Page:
Dr. Sunil - Is It Bad For You? Approved by Dr. Sunil

Are Kiwis Bad For You?

Also Known As: Chinese gooseberry, kiwifruit



Short answer

Unless you are allergic, are about to have surgery, or are taking Warfarin (Coumadin), kiwis are hard to beat as one of nature's healthiest fruits and sources of important nutrients.



Long answer

Small as they are, kiwis pack quite the nutritional punch. Assuming a serving size of two medium-sized kiwis, the benefits of enjoying this delicious fruit are enormous. Vitamin C is found in an abundance - almost twice as that of oranges. This vitamin helps boost immunity, combat stress and aging, and promotes iron absorption. Vitamin E, also important as an antioxidant and immune system booster, has the added effect of helping to lower cholesterol. Kiwis are also high in serotonin - a chemical that aids in having a good night's sleep, being alert in the morning, and learning. It also helps regulate your appetite, so eating kiwis is a good way to stock up on nutrients and avoid overeating.

Magnesium, essential for our nerves and muscles to function properly, are also found in abundance. Additionally, there is 20% more potassium in a kiwi than in a banana. Kiwis are also high in fiber and contain actinidin (an enzyme that aids in digestion), and are therefore good to consume to keep the digestive system regular and healthy.

Yet another benefit of eating kiwis is that they have been shown to promote healthy breathing and in fact have been used in asthma treatment. As an alkaline fruit, kiwis also help keep the body's acidity/alkaline levels balanced.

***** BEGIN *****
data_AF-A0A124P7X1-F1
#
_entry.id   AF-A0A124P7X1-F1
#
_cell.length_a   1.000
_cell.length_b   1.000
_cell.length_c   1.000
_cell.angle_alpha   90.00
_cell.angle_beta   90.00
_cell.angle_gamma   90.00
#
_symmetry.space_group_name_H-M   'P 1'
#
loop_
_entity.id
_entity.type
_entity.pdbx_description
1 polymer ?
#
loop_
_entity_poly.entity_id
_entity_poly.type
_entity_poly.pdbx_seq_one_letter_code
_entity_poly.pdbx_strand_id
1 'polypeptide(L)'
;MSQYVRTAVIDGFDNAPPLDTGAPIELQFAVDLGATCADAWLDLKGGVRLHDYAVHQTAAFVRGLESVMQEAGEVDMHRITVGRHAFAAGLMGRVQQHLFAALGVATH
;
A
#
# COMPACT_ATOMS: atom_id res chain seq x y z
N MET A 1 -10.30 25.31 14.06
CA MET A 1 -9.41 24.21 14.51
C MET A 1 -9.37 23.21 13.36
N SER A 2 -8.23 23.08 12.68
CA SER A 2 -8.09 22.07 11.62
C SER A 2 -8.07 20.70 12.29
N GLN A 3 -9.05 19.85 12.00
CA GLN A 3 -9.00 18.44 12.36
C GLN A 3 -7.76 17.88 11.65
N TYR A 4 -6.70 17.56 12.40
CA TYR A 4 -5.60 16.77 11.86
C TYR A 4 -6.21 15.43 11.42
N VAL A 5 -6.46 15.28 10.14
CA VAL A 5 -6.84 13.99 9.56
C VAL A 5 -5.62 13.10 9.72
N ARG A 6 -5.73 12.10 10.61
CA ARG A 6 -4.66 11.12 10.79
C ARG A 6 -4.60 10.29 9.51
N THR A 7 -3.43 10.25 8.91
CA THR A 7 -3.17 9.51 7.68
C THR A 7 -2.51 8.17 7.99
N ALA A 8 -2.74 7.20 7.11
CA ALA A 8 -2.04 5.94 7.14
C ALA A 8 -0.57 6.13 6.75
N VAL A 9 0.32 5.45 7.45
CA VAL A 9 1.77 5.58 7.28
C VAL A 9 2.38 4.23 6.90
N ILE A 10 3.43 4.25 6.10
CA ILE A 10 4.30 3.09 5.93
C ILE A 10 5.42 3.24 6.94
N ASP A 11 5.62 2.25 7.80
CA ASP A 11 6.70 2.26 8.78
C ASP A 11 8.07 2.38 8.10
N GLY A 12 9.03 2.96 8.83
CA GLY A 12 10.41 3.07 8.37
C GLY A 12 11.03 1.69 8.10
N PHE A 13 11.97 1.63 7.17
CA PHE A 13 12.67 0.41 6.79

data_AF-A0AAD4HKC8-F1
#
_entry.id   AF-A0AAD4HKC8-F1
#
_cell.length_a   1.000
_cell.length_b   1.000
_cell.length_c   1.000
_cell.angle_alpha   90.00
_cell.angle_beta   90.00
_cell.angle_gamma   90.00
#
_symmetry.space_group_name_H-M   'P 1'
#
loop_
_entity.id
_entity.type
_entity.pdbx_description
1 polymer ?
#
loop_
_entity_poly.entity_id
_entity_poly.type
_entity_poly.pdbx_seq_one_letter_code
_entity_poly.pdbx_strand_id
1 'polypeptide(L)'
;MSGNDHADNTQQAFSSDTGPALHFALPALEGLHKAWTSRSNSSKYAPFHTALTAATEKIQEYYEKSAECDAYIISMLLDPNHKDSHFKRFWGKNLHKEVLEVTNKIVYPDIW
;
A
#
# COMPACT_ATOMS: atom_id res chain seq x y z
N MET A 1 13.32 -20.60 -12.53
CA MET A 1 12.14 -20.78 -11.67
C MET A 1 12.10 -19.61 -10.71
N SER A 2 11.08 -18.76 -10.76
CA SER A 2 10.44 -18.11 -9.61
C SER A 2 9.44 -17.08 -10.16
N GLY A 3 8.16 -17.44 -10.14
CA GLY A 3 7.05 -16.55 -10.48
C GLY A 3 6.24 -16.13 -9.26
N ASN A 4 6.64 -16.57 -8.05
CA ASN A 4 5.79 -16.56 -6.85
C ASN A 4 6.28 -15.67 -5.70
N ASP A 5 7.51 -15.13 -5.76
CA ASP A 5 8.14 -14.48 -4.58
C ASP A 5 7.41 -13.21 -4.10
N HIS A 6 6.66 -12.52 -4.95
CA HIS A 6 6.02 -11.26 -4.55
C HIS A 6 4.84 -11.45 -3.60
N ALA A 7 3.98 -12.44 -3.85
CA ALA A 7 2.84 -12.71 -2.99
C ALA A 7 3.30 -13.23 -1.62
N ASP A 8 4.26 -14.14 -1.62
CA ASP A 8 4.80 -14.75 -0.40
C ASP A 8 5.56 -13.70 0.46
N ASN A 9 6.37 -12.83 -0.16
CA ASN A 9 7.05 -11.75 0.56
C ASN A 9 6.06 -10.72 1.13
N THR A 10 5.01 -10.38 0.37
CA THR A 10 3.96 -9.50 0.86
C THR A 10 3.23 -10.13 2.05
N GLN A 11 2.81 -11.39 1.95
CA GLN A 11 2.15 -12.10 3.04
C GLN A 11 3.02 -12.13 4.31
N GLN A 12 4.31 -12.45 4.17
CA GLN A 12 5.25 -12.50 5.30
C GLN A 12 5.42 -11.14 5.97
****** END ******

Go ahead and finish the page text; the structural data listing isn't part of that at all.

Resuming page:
There must be something bad, right? Well, it depends. If you are allergic to avocado, birch pollen, hazelnut, poppy seeds, figs, latex, sesame seeds, rye, or wheat, you may also have a kiwi allergy. Symptoms of being allergic to kiwis include trouble swallowing, hives, and vomiting. 

Also, kiwis contain a high amount of vitamin K. While vitamin K (particularly K2) is necessary for the transport of calcium, it may also have a negative impact if you are taking Warafin as it is involved in blood clotting. It is also generally recommended to not eat kiwis for at least two weeks prior to surgery as doing so may slow down the process of blood clotting.

Possible short-term side effects

  • allergic reaction

Ingredients to be aware of

  • excess vitamin k


  • protects against cancer
  • fights asthma
  • aids in learning and memory
  • helps with restful sleep
  • promotes healthy digestion
  • can be enjoyed by diabetics
  • improves nerve / muscle function
  • fights stress / aging
  • boosts immune system

Thank you for your feedback!

Written by Jeff Volling
Published on: 12-28-2015
Last updated: 12-10-2016

Thank you for your feedback!

Written by Jeff Volling
Published on: 12-28-2015
Last updated: 12-10-2016

Random Page

Check These Out!